A series of bespoke Mark Wilkinson cabinets with granite worksurfaces were commissioned for the kitchen, with an island unit and integrated appliances including two ovens and two dishwashers, each by Miele and Fisher and Paykel. There is a main sink set into the island unit with a waste disposal facility; a further prep sink with a Quooker tap is positioned in a side cabinet. There is a vast walk-in fridge by Colsec and a separate utility room, with space for freestanding washers and dryers and further cabinetry complementing that of the kitchen.

A guest/staff bedroom or home gym has an en suite shower room on this floor. An informal sitting room lies adjacent, also used as a TV room, with French windows that open to the garden. A series of artfully designed polished plaster illuminated shelves and cabinets line the walls in this room, and there is a contemporary fireplace set into the main wall.

The drawing room is set on the first floor to enjoy the very best views of the Heath through a trio of tall box sash windows. The room is some 30 ft deep, with French oak floors laid in a decorative pattern and with a honed limestone border. Statuary marble chimneypieces with pewter baskets featuring gas fires lie at either end of this astonishing room.

The principal bedroom suite encompasses the entire rear of the first floor, with brilliant views of the garden. There is a cream, deep-pile wool carpet in the sleeping quarters and French windows open to a private balcony. There is a wall of bespoke wardrobing, with further doors opening to a deep dressing room with additional clothes storage. The en suite bathroom is encased in polished limestone, with a large steam room and shower enclosure positioned to enjoy garden views. An oval bath has been thoughtfully placed beside the window. Separate sinks lie on either side of the shower and chrome-plated brassware is in a traditional design, a brilliant juxtaposition to the simplistic, contemporary stone used throughout.

The uppermost storey has four further bedrooms. One of the rooms, currently used as a pretty guest suite, has its own en suite shower room, bespoke floral carpeting and a built-in mahogany wardrobe. The spacious bathroom that serves the remaining three bedrooms is brilliantly designed, with an especially generous shower enclosure set behind a cast-iron bateau bathtub. The elongated limestone vanity has two sinks and mirrored cupboards underneath. Chrome-plated brassware is in a contemporary design and both limestone and mosaics are used as wall and floor surfaces.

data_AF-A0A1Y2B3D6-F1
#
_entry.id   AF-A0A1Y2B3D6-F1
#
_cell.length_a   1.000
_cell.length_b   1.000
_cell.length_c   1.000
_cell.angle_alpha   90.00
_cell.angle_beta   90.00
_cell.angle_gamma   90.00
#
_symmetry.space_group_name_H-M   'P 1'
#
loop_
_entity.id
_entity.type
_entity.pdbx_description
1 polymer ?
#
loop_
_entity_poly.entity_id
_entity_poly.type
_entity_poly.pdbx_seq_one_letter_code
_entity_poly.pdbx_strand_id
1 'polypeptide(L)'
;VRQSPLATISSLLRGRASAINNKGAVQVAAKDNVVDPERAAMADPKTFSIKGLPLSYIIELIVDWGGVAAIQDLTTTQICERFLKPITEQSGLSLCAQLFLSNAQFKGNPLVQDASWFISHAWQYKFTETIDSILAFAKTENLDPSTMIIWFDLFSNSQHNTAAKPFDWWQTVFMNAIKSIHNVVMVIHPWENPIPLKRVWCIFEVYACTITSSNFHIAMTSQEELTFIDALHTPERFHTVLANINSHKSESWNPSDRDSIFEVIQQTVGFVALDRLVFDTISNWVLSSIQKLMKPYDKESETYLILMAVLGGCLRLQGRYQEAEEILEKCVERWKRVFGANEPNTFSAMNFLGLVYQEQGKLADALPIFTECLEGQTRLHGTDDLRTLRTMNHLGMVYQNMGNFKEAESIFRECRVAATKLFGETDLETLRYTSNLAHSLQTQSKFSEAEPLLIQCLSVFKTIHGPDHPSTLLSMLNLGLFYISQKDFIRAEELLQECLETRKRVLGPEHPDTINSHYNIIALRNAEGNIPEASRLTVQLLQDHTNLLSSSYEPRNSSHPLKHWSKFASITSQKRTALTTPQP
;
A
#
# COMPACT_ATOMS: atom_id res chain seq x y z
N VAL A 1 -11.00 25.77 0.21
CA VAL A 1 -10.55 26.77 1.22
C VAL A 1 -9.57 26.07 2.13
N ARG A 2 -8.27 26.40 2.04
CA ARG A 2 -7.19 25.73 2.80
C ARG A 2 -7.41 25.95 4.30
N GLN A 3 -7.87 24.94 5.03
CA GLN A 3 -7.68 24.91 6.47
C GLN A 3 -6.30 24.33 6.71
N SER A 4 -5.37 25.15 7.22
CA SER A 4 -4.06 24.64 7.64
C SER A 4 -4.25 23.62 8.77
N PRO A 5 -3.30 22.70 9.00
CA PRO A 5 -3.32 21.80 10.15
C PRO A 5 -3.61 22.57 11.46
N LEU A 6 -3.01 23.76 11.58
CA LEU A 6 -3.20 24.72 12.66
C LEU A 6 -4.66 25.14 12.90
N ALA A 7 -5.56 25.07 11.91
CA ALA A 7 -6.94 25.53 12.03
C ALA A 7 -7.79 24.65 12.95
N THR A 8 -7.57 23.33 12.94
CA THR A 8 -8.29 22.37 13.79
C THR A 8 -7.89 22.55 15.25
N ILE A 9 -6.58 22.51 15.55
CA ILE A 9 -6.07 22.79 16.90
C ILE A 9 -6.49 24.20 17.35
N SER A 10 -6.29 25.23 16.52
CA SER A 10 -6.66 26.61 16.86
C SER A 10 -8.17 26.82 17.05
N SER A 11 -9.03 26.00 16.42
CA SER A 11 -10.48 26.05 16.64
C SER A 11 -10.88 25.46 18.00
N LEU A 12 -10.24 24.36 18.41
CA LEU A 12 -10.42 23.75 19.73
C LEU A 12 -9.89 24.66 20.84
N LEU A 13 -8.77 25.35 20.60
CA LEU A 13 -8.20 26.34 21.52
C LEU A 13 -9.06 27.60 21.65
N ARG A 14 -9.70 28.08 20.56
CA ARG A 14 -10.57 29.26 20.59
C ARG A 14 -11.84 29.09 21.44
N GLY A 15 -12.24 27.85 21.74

The attic space above is fully boarded and has an electronically operated loft hatch with a folding ladder providing access to the loft and the storage eaves. It also has power and light installed.

The Great Outdoors

Set within a uniquely wide corner plot, the garden envelopes the house. It can be accessed from both the ground-floor dining room and the lower-ground floor’s TV room, with further access to both sides of the house for convenience from the front garden.

The rear walled gardens extend to over 130 ft in length and are some 72 ft wide and were designed by acclaimed garden designer Terry Williams to create a wonderfully diverse series of exterior spaces, with a Rain Bird irrigation system integrated throughout for convenience.

Nearest the house, a sunken flagstone terrace is laid in an oval shape and features a rockery, fountain, and an incredible mature olive tree. This intimate space has an Asian garden-inspired quality to the design and there are climbing roses along the home’s rear elevation. From here, steps through the rockery ascend to the main garden’s lawn, surrounded by deep beds with wonderful seasonal planting and many specimen trees.

Nearest the house there is a contemporary gazebo. Pathways lead through the lawn and enchanting flowerbeds to a further rear path laid with replica fossils. Here, there is rear access to the peaceful, no-through Angerstein Lane; running along the rear of the homes on Vanbrugh Terrace, it was originally used for coaches and tradesmen. This area outside the garden wall has additional hard standing, offering further off-street parking for several vehicles and outside access to the former stable block and separate electric garage.

This ancillary building has a pitched glass roof and two sets of triple-pane folding glass doors that face inward to the garden. Subject to planning permissions consent, this could make an excellent ancillary accommodation, studio, office space or leisure complex. All mains utilities are already in place. A separate bike store is positioned on the side of the house, nearest the main driveway.